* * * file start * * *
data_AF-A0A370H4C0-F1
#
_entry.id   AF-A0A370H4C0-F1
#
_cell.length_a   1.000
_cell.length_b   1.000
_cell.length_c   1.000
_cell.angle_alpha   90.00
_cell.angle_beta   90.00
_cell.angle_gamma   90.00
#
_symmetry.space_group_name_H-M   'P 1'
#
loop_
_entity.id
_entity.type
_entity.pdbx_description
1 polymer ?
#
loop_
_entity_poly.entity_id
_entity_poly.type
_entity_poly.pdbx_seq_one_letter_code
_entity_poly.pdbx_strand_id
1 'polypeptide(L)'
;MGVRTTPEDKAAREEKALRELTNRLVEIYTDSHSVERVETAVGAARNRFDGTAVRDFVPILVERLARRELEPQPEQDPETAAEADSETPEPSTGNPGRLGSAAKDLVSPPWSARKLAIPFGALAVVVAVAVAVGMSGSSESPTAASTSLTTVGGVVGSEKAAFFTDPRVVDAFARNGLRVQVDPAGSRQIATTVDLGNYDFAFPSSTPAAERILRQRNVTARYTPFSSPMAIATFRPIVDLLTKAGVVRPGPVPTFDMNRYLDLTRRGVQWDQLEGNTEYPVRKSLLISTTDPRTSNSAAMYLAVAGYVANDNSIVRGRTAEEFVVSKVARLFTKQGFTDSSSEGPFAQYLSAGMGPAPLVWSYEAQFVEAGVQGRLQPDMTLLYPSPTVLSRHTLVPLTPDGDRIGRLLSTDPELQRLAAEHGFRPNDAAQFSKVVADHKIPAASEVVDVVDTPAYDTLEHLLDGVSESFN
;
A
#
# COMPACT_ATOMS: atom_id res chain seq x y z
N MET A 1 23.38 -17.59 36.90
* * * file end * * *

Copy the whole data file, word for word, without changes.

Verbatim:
data_AF-A0A370H4C0-F1
#
_entry.id   AF-A0A370H4C0-F1
#
_cell.length_a   1.000
_cell.length_b   1.000
_cell.length_c   1.000
_cell.angle_alpha   90.00
_cell.angle_beta   90.00
_cell.angle_gamma   90.00
#
_symmetry.space_group_name_H-M   'P 1'
#
loop_
_entity.id
_entity.type
_entity.pdbx_description
1 polymer ?
#
loop_
_entity_poly.entity_id
_entity_poly.type
_entity_poly.pdbx_seq_one_letter_code
_entity_poly.pdbx_strand_id
1 'polypeptide(L)'
;MGVRTTPEDKAAREEKALRELTNRLVEIYTDSHSVERVETAVGAARNRFDGTAVRDFVPILVERLARRELEPQPEQDPETAAEADSETPEPSTGNPGRLGSAAKDLVSPPWSARKLAIPFGALAVVVAVAVAVGMSGSSESPTAASTSLTTVGGVVGSEKAAFFTDPRVVDAFARNGLRVQVDPAGSRQIATTVDLGNYDFAFPSSTPAAERILRQRNVTARYTPFSSPMAIATFRPIVDLLTKAGVVRPGPVPTFDMNRYLDLTRRGVQWDQLEGNTEYPVRKSLLISTTDPRTSNSAAMYLAVAGYVANDNSIVRGRTAEEFVVSKVARLFTKQGFTDSSSEGPFAQYLSAGMGPAPLVWSYEAQFVEAGVQGRLQPDMTLLYPSPTVLSRHTLVPLTPDGDRIGRLLSTDPELQRLAAEHGFRPNDAAQFSKVVADHKIPAASEVVDVVDTPAYDTLEHLLDGVSESFN
;
A
#
# COMPACT_ATOMS: atom_id res chain seq x y z
N MET A 1 23.38 -17.59 36.90